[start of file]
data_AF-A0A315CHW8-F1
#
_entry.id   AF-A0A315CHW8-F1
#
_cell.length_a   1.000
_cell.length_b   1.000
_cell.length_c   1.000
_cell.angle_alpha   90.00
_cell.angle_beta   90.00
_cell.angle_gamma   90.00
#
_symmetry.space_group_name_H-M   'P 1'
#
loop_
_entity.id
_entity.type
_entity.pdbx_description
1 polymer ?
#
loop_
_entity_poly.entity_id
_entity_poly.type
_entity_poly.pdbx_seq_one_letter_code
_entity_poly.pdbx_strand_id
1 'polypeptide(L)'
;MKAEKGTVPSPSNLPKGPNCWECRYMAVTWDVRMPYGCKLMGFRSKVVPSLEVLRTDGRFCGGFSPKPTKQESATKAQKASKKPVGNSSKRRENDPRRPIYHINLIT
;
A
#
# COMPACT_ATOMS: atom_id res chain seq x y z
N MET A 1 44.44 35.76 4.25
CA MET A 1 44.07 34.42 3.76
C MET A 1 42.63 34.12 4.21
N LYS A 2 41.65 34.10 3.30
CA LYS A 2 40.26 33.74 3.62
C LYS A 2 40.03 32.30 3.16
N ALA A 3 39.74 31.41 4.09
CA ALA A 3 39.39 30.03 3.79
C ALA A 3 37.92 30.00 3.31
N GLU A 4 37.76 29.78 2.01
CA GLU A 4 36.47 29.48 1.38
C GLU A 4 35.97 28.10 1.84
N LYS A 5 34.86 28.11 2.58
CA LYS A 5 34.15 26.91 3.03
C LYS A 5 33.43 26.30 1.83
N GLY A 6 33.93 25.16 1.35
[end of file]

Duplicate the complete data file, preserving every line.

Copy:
data_AF-A0A315CHW8-F1
#
_entry.id   AF-A0A315CHW8-F1
#
_cell.length_a   1.000
_cell.length_b   1.000
_cell.length_c   1.000
_cell.angle_alpha   90.00
_cell.angle_beta   90.00
_cell.angle_gamma   90.00
#
_symmetry.space_group_name_H-M   'P 1'
#
loop_
_entity.id
_entity.type
_entity.pdbx_description
1 polymer ?
#
loop_
_entity_poly.entity_id
_entity_poly.type
_entity_poly.pdbx_seq_one_letter_code
_entity_poly.pdbx_strand_id
1 'polypeptide(L)'
;MKAEKGTVPSPSNLPKGPNCWECRYMAVTWDVRMPYGCKLMGFRSKVVPSLEVLRTDGRFCGGFSPKPTKQESATKAQKASKKPVGNSSKRRENDPRRPIYHINLIT
;
A
#
# COMPACT_ATOMS: atom_id res chain seq x y z
N MET A 1 44.44 35.76 4.25
CA MET A 1 44.07 34.42 3.76
C MET A 1 42.63 34.12 4.21
N LYS A 2 41.65 34.10 3.30
CA LYS A 2 40.26 33.74 3.62
C LYS A 2 40.03 32.30 3.16
N ALA A 3 39.74 31.41 4.09
CA ALA A 3 39.39 30.03 3.79
C ALA A 3 37.92 30.00 3.31
N GLU A 4 37.76 29.78 2.01
CA GLU A 4 36.47 29.48 1.38
C GLU A 4 35.97 28.10 1.84
N LYS A 5 34.86 28.11 2.58
CA LYS A 5 34.15 26.91 3.03
C LYS A 5 33.43 26.30 1.83
N GLY A 6 33.93 25.16 1.35